“Why am I so distressed about having to use a news aggregation site?

Because the Wisdom of Crowds is a flawed model for long tail information aggregation. It works for data predictions and guessing the number of jelly beans in a jar, but the ‘Crowd’ is nontransparent, it is sterile, and most importantly, it doesn’t know who I am.

In addition, Digg is controlled by the select elite, and TechMeme favors large sites like TechCrunch and non-blog content like The Register, because they have more traffic (equaling more overall links) and it lets the gems fall through the cracks.

The Crowd will never understand my eclectic tastes, the nuances of my passions, and the tonality that puts a smirk on my face.

So who or what does know all these aspects of Seni Thomas?

My friends and my communities, of course……. MY CROWDS.”

Check out the full article here.

The Eye of the Beholder is Only Half the Equation

17 03 2008

A New Perspective on Data Through Visualization Tools

The essence of the adage, beauty is in the eye of the beholder, is that every individual has a unique perspective. Extending the message, we can safely say that everything is dependent on the perception of the individual; however the individual is only 50% of the equation for not everything is static.

Data in its most basic form is a series of static numbers and observations; however, when parsed through data visualization tools the data can become far more. For geeks like me, it even has a certain beauty to it.

Inspiration, creativity, and eureka moments have a greater chance of occurring when you approach a problem from as many perspectives as possible, and also mold the object being observed.



Keep pushing yourself to explore additional perspectives and check out this list of really cool data visualization tools to spark the next big idea. Also check out this site that hosts a number of damn cool examples.

If this is a topic that is of interest, check out the currently running ‘Design and the Elastic Mind’ exhibit running at MoMA. Phenomenal exhibit across the board, but the data visualization component is hypnotic.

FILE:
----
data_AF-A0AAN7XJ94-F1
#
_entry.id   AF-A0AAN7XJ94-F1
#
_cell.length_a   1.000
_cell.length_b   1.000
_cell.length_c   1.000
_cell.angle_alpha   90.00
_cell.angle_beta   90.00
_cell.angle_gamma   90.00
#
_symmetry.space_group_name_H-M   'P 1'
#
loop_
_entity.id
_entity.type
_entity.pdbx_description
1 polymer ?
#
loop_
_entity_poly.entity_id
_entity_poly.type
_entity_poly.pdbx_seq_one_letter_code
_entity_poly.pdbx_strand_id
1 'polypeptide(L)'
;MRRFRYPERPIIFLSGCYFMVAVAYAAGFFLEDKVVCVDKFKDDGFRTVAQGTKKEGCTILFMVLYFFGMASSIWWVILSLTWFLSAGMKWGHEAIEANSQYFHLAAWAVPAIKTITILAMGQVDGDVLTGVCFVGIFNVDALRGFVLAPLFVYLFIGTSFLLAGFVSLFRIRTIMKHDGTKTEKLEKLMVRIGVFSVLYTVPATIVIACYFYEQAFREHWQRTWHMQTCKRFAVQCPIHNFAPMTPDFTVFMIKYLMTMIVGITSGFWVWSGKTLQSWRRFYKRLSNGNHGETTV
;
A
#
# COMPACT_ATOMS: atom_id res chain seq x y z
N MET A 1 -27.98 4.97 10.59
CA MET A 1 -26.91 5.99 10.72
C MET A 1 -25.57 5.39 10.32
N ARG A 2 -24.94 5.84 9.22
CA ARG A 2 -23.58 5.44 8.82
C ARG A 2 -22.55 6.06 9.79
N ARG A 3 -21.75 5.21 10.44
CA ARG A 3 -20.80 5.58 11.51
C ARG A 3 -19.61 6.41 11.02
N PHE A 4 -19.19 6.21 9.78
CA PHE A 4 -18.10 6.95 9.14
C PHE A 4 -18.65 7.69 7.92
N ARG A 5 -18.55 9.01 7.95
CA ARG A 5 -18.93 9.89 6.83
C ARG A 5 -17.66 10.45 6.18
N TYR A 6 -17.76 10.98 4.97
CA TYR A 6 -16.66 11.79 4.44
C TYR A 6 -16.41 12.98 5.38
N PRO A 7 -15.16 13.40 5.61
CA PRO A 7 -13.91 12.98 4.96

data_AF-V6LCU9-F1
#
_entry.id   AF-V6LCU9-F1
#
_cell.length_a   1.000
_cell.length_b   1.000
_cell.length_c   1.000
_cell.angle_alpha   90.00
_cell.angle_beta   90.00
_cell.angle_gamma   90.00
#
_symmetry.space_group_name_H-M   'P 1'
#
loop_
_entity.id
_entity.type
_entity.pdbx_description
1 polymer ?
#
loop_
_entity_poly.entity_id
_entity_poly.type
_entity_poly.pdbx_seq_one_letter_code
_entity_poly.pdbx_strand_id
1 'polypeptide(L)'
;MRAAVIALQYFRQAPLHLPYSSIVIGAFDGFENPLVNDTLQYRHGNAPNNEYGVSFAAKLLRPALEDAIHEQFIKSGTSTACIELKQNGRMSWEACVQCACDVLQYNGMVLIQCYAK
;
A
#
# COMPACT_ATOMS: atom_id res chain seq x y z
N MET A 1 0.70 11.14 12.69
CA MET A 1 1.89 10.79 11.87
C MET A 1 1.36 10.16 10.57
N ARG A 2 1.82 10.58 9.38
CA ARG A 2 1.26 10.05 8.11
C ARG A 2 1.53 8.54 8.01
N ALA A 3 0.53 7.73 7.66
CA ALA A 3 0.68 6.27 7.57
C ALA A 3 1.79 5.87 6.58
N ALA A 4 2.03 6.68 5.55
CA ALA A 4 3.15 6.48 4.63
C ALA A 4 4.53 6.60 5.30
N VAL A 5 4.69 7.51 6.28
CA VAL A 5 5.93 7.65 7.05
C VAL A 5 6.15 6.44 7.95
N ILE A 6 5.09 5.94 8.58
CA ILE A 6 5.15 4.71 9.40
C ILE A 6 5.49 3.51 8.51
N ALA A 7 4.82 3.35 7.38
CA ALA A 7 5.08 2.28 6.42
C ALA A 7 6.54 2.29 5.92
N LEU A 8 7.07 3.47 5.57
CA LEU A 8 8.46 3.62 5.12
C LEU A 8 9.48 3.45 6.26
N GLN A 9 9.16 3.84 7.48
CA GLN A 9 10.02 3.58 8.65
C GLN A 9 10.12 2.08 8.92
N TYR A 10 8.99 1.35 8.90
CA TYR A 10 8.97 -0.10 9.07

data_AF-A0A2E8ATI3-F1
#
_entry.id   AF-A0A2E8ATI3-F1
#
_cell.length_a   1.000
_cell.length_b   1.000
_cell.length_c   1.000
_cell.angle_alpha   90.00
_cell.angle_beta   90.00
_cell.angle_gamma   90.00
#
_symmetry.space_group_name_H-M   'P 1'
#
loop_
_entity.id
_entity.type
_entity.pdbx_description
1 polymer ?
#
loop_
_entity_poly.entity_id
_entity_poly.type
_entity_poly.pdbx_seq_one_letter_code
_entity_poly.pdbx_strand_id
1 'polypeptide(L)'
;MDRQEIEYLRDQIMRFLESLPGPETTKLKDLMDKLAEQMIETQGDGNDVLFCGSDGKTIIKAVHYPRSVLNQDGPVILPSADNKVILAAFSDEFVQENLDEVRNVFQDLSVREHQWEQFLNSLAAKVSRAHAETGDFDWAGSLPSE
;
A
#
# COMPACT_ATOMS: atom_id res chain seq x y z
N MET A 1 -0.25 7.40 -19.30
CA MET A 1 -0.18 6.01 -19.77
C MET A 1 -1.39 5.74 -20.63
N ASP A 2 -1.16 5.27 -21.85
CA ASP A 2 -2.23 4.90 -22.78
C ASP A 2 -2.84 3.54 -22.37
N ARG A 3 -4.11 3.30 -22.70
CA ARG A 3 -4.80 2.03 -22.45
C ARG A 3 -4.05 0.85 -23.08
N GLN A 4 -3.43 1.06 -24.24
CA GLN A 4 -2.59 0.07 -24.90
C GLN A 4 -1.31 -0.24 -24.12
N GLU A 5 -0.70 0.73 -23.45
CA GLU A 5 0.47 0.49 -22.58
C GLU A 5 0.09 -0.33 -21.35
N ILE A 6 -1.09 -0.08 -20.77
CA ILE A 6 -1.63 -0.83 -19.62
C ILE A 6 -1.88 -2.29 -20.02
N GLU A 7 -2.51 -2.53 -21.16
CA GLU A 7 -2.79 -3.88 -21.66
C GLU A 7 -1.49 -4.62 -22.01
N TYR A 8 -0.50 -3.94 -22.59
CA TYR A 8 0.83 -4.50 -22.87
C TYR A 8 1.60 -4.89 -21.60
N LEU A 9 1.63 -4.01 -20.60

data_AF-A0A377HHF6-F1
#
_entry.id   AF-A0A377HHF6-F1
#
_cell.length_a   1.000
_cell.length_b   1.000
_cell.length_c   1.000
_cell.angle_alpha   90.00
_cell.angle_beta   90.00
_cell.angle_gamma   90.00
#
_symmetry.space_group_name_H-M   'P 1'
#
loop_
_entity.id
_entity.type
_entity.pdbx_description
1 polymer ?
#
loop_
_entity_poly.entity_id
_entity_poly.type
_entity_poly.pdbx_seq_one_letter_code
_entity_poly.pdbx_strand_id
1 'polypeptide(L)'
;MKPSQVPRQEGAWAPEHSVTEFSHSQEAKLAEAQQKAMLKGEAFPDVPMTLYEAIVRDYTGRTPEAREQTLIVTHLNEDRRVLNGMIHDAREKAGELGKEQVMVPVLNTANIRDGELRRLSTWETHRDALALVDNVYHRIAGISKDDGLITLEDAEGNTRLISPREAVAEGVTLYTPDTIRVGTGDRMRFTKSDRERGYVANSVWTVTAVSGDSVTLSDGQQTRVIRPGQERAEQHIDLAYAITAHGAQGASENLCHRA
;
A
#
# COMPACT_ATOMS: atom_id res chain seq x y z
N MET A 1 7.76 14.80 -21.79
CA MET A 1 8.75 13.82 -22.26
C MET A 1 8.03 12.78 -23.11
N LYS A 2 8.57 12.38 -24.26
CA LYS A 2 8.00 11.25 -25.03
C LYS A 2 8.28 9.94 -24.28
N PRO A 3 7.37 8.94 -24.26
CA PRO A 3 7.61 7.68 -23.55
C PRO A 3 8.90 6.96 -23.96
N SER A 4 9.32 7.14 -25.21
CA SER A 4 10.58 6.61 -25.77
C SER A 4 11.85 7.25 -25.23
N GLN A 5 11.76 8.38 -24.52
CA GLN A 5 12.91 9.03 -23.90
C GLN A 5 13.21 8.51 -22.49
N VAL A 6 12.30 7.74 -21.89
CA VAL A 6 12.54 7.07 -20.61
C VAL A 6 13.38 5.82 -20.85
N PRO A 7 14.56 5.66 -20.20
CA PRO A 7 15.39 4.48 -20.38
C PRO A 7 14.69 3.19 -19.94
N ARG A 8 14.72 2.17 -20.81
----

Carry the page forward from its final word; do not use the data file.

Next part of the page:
Finally, Hans Rosling is the ultimate data molder, and can do far more justice to this topic than I. Check out this video from TED talks. It will blow you away.

Conversational Marketing & Managing the Expectation Gap

17 03 2008


The slide above is from Noah Brier’s Brand vs. Utility presentation, which reminded me of a post I wrote a long time ago in my young blogging days on a concept I called ‘The Expectation Gap”. I’ve left the article as is, therefore, it is slightly out of context, but the core concept still shines through. Also I wanted to showcase my ever greater skill as manipulating the English language….. Yes, I’m well aware it is a futile endeavor…

Without further ado:

The essence of conversational marketing is of course to get people talking. To ignite conversation around a given service or product. To seed the conversation and amplify it, you need the right people to say right things about your product. For example you want the camera buff to evangelize your new digital camera to his friends for he is a trusted source of information regarding cameras. At least within his network. However, how do you get the camera buff to crank up the volume of your message, to amplify it.

The key is in managing the expectation gap. To explain this concept I will use 4 scenarios at a local pizza shop.

1. You are hungry so you walk into a pizza shop you’ve never been to before. You are expecting a decent slice of pizza, but you’re primarily just trying to get a quick fix. The expectations are relatively low, but the pizza isn’t bad in fact it is slightly better than anticipated. You go back to the office and might mention it. The expectation gap was too small to register.